Creative Life of Artist with Parkinson’s

palm trees, ocean, beach

Karen Bryson’s Painting on Wood with Left Hand

Woman smiling glasses

Karen Bryson


Karen Bryson discovered her talent for art when she was four years old. She loved to draw and color she recalls. “It took me to another place. Art always, and still is, my happy place.” She grew up in Erie, Pennsylvania. She and her husband raised three children in Upstate New York. Living on the Gulf Coast of Florida now, she is inspired by palm trees and beaches. Her three children and soon-to-be six grandchildren are occasional muses.


woman holding baby

Mother and Child Watercolor of daughter, Amy and granddaughter, Paige

She is also inspired by another unexpected force to continue to paint. When she was fifty-seven, she discovered she has Parkinson’s disease, a degenerative neurological disorder with no cure. “When I was first diagnosed, I thought about not being able to do art with my right hand which tremors. So I decided that day to start using my left hand.” Three years later Karen can paint with both hands. Although she still does fine detail work with her right hand when it cooperates, she is training her left hand to do fine detail as well. Still another proactive approach is learning to finger paint with both hands.

art studio desk art suppllies

Karen’s Studio–Her Happy Place, Her Safe Place

Because PD symptoms  often feel out of Karen’s control, art is still one thing that feels in her control. She describes her small studio in her house as “her happy place, her safe place.” One of her favorite paintings is a watercolor of her grandmother adorning her studio and making her feel good every time she looks at it.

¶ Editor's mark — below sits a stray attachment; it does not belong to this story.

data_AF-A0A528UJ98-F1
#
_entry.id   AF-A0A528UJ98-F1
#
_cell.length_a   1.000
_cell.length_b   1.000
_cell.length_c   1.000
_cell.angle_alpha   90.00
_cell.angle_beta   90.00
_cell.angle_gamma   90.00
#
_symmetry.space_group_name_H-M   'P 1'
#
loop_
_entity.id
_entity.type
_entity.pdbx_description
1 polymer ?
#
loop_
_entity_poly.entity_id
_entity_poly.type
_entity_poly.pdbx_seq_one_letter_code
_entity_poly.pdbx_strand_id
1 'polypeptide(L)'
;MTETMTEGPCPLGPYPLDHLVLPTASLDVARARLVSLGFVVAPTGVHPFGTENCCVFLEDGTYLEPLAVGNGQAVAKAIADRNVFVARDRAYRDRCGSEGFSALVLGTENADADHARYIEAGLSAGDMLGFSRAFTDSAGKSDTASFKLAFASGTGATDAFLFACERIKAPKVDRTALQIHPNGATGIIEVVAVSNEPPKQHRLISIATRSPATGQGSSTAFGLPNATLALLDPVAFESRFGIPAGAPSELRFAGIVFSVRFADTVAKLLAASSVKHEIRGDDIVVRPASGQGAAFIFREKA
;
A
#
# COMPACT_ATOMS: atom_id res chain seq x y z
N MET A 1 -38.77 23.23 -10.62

She does not keep structured hours in her studio, just when the mood hits her. Since PD, the mood is often. “Having PD has been a blessing when it comes to my artwork. I don’t know why it’s happening, but my mind is filled with ideas. There has been a creativity explosion. I am driven to create. When I am in that zone, it’s hard to contain it. It’s hard to sit with hubby and watch television when I have ideas swirling around.”

bird cage, bottle

Flea Market Finds–Art Inspiration


One idea swirling around was to do something besides painting that incorporated using wire. As Pablo Picasso said, “The artist is a receptacle for emotions that come from all over the place: from the sky, from the earth, from a scrap of paper, from a passing shape, from a spider’s web.” Karen collects items from flea markets and yard sales that catch her eye and keeps them in her studio.

One day she was playing around with different pieces to see what would fit together. “When I placed the inverted wire cage on top of the glass bottle, ‘She’ popped into my mind. I have no other explanation. I had to determine how to secure all of it. I also wanted to use the framework for a  papier-mâché head, so that took more thought.”

Karen finds these kinds of little side projects quite fulfilling and great brain food. Her customers love them too.

ecccentric woman, wire hat with flowers blue bottle for body, wire frame glasses

Mrs. Doubtwire

Karen has a talent for connecting with others through her art. While motorcycling, Karen and her husband encountered by happenstance a man who had kayaked out to a remote island and spent the night. After sharing some photographs of the sunset he had taken from the island, Karen asked if she could use one as a reference for a painting. He later sent a photo, and she created a watercolor. In the meantime, she discovered he was a police officer with many years on the force. So she sent him the painting as her way to pay it forward in appreciation for his service. “The painting belonged on his wall, not mine.”